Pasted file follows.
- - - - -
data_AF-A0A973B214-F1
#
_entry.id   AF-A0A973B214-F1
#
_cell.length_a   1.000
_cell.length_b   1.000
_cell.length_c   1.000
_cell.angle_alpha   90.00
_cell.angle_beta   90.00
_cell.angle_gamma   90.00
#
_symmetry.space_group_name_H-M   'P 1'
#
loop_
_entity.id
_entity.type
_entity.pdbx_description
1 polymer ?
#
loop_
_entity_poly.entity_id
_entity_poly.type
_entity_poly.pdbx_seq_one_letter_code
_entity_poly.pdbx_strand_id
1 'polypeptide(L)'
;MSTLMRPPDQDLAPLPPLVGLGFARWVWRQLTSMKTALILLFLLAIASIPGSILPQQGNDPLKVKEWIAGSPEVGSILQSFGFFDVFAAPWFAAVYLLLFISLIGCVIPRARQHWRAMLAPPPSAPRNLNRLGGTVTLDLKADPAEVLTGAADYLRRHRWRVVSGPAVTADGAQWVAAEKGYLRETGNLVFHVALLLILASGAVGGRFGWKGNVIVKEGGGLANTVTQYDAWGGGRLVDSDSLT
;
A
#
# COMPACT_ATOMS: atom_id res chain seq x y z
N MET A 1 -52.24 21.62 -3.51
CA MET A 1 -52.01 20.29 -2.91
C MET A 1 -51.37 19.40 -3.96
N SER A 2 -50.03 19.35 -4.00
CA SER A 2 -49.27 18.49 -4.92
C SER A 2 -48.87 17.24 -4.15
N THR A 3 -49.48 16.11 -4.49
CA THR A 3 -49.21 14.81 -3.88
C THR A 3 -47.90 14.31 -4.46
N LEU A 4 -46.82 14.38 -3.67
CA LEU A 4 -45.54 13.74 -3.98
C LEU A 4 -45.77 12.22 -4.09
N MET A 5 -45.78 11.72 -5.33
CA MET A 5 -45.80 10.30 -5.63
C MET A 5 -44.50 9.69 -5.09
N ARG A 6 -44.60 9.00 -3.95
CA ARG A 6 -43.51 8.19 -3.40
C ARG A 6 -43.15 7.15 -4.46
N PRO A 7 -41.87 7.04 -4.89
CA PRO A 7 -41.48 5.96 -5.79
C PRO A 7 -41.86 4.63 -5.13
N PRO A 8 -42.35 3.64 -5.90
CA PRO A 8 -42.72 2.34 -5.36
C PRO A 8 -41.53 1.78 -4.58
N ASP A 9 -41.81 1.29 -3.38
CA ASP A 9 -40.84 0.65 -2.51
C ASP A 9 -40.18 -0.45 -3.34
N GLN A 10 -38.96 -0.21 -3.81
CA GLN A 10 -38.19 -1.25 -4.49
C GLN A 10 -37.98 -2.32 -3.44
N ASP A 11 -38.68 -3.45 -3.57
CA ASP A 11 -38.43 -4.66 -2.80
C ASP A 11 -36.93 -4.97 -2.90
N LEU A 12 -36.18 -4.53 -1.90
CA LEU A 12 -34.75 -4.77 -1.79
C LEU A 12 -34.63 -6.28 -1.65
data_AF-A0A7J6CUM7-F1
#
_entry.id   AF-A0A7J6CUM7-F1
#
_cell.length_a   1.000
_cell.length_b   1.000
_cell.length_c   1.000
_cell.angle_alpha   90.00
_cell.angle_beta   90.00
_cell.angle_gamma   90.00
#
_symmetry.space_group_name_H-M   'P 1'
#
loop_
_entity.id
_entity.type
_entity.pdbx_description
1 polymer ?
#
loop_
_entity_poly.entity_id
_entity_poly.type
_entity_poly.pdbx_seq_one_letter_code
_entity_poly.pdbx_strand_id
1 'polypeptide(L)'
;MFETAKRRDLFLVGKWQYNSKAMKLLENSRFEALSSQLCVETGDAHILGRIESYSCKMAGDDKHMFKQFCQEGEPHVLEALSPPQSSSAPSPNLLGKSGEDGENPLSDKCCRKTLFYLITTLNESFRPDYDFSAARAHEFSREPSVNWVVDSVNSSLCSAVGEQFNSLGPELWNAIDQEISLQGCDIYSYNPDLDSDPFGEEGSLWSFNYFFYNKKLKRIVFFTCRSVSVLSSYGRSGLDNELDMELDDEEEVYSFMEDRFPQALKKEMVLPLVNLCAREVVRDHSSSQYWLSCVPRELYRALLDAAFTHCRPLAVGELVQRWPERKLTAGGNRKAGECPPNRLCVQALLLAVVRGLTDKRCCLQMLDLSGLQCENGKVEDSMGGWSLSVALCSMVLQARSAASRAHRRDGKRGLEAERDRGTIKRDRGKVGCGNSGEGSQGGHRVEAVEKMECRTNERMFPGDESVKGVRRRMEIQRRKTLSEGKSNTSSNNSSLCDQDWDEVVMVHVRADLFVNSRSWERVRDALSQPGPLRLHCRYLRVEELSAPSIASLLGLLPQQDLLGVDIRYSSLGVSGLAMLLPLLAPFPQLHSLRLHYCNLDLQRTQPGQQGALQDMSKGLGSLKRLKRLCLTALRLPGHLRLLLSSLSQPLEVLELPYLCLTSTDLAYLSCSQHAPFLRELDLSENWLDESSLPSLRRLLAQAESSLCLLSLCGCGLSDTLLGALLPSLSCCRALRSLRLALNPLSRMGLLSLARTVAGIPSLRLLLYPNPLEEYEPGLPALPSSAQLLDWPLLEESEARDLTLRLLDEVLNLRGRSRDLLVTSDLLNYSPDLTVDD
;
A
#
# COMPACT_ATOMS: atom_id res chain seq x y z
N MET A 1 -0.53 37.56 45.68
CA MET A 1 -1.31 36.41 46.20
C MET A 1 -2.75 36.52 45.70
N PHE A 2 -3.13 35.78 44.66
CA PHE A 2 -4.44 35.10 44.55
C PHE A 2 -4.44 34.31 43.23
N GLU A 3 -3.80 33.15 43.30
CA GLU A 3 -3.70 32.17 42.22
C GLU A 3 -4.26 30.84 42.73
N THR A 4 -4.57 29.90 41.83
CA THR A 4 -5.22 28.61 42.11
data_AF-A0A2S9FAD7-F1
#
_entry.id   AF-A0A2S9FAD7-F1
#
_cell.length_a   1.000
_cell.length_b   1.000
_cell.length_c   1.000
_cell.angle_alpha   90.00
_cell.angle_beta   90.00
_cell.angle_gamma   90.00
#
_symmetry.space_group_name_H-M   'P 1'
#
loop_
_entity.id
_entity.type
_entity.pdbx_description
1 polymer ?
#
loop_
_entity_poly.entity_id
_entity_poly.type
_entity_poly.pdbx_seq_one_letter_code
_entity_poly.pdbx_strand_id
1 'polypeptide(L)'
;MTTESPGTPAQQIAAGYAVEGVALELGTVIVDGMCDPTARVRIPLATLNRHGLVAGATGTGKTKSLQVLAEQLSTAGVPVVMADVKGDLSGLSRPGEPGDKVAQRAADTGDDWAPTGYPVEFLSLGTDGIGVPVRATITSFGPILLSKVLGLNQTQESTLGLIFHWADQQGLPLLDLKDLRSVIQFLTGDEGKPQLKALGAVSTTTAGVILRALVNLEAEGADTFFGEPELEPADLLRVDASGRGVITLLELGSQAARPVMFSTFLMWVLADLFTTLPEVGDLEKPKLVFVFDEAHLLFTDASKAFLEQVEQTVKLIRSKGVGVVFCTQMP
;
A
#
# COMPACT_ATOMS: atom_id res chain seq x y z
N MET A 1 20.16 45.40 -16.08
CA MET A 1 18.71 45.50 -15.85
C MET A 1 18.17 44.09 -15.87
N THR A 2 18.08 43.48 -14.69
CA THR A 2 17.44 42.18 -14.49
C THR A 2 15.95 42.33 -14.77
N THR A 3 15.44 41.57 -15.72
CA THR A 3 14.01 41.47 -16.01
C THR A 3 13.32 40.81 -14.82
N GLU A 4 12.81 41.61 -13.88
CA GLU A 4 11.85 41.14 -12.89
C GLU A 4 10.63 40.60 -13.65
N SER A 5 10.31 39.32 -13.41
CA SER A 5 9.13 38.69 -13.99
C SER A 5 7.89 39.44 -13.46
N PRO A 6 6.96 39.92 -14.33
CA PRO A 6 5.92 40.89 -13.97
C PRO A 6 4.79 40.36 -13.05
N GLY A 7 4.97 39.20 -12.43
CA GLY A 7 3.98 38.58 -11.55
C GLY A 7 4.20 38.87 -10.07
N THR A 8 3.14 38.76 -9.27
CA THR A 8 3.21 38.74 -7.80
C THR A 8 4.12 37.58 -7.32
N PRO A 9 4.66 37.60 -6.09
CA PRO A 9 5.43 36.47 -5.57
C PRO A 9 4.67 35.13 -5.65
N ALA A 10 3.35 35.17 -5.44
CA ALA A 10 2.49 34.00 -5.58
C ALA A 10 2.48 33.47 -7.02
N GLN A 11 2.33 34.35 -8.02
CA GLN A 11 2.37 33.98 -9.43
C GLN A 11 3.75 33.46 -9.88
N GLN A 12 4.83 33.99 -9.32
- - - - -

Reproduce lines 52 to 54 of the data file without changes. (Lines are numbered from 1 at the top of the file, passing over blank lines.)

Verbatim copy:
N PRO A 8 -42.35 3.64 -5.90
CA PRO A 8 -42.72 2.34 -5.36
C PRO A 8 -41.53 1.78 -4.58